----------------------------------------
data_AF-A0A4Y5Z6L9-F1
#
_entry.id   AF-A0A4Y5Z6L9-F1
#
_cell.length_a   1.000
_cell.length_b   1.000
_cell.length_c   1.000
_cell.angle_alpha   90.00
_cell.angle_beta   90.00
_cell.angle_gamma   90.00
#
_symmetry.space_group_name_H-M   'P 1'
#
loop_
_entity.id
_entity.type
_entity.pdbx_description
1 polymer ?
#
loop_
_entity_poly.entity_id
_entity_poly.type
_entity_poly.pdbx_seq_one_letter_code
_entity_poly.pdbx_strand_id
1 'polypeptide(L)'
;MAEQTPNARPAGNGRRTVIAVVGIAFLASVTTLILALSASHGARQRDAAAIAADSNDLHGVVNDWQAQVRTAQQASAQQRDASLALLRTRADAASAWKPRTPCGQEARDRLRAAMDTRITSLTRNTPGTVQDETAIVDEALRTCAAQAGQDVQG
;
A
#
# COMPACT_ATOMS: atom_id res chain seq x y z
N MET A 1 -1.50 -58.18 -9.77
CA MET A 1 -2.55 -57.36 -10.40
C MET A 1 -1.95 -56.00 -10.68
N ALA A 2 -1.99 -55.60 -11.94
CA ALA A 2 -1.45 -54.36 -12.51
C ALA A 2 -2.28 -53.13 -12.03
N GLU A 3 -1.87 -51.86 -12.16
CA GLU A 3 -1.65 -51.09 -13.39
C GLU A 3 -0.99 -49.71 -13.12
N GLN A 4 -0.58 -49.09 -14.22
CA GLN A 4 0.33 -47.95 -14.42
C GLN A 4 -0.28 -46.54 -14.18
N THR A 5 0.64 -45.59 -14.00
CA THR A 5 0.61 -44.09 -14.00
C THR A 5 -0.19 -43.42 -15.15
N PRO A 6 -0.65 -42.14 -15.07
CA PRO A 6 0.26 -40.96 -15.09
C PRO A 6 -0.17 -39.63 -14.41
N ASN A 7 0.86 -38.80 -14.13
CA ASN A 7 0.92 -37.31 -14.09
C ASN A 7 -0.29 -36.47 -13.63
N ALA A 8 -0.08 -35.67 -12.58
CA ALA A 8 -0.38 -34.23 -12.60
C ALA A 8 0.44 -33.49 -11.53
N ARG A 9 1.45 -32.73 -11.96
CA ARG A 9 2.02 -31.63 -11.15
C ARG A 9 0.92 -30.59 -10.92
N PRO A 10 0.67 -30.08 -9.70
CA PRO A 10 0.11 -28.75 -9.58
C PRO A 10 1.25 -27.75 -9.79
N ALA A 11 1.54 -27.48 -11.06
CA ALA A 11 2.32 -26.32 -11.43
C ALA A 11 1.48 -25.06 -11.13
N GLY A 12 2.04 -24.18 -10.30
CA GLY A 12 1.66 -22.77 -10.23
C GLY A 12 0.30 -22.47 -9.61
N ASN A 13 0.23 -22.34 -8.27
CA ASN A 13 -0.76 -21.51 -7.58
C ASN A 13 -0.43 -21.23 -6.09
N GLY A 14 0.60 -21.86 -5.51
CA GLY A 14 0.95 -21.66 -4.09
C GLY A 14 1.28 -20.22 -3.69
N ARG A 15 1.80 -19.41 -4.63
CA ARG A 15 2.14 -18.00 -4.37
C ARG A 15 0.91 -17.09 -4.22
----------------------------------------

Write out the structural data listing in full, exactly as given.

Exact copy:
data_AF-A0A4Y5Z6L9-F1
#
_entry.id   AF-A0A4Y5Z6L9-F1
#
_cell.length_a   1.000
_cell.length_b   1.000
_cell.length_c   1.000
_cell.angle_alpha   90.00
_cell.angle_beta   90.00
_cell.angle_gamma   90.00
#
_symmetry.space_group_name_H-M   'P 1'
#
loop_
_entity.id
_entity.type
_entity.pdbx_description
1 polymer ?
#
loop_
_entity_poly.entity_id
_entity_poly.type
_entity_poly.pdbx_seq_one_letter_code
_entity_poly.pdbx_strand_id
1 'polypeptide(L)'
;MAEQTPNARPAGNGRRTVIAVVGIAFLASVTTLILALSASHGARQRDAAAIAADSNDLHGVVNDWQAQVRTAQQASAQQRDASLALLRTRADAASAWKPRTPCGQEARDRLRAAMDTRITSLTRNTPGTVQDETAIVDEALRTCAAQAGQDVQG
;
A
#
# COMPACT_ATOMS: atom_id res chain seq x y z
N MET A 1 -1.50 -58.18 -9.77
CA MET A 1 -2.55 -57.36 -10.40
C MET A 1 -1.95 -56.00 -10.68
N ALA A 2 -1.99 -55.60 -11.94
CA ALA A 2 -1.45 -54.36 -12.51
C ALA A 2 -2.28 -53.13 -12.03
N GLU A 3 -1.87 -51.86 -12.16
CA GLU A 3 -1.65 -51.09 -13.39
C GLU A 3 -0.99 -49.71 -13.12
N GLN A 4 -0.58 -49.09 -14.22
CA GLN A 4 0.33 -47.95 -14.42
C GLN A 4 -0.28 -46.54 -14.18
N THR A 5 0.64 -45.59 -14.00
CA THR A 5 0.61 -44.09 -14.00
C THR A 5 -0.19 -43.42 -15.15
N PRO A 6 -0.65 -42.14 -15.07
CA PRO A 6 0.26 -40.96 -15.09
C PRO A 6 -0.17 -39.63 -14.41
N ASN A 7 0.86 -38.80 -14.13
CA ASN A 7 0.92 -37.31 -14.09
C ASN A 7 -0.29 -36.47 -13.63
N ALA A 8 -0.08 -35.67 -12.58
CA ALA A 8 -0.38 -34.23 -12.60
C ALA A 8 0.44 -33.49 -11.53
N ARG A 9 1.45 -32.73 -11.96
CA ARG A 9 2.02 -31.63 -11.15
C ARG A 9 0.92 -30.59 -10.92
N PRO A 10 0.67 -30.08 -9.70
CA PRO A 10 0.11 -28.75 -9.58
C PRO A 10 1.25 -27.75 -9.79
N ALA A 11 1.54 -27.48 -11.06
CA ALA A 11 2.32 -26.32 -11.43
C ALA A 11 1.48 -25.06 -11.13
N GLY A 12 2.04 -24.18 -10.30
CA GLY A 12 1.66 -22.77 -10.23
C GLY A 12 0.30 -22.47 -9.61
N ASN A 13 0.23 -22.34 -8.27
CA ASN A 13 -0.76 -21.51 -7.58
C ASN A 13 -0.43 -21.23 -6.09
N GLY A 14 0.60 -21.86 -5.51
CA GLY A 14 0.95 -21.66 -4.09
C GLY A 14 1.28 -20.22 -3.69
N ARG A 15 1.80 -19.41 -4.63
CA ARG A 15 2.14 -18.00 -4.37
C ARG A 15 0.91 -17.09 -4.22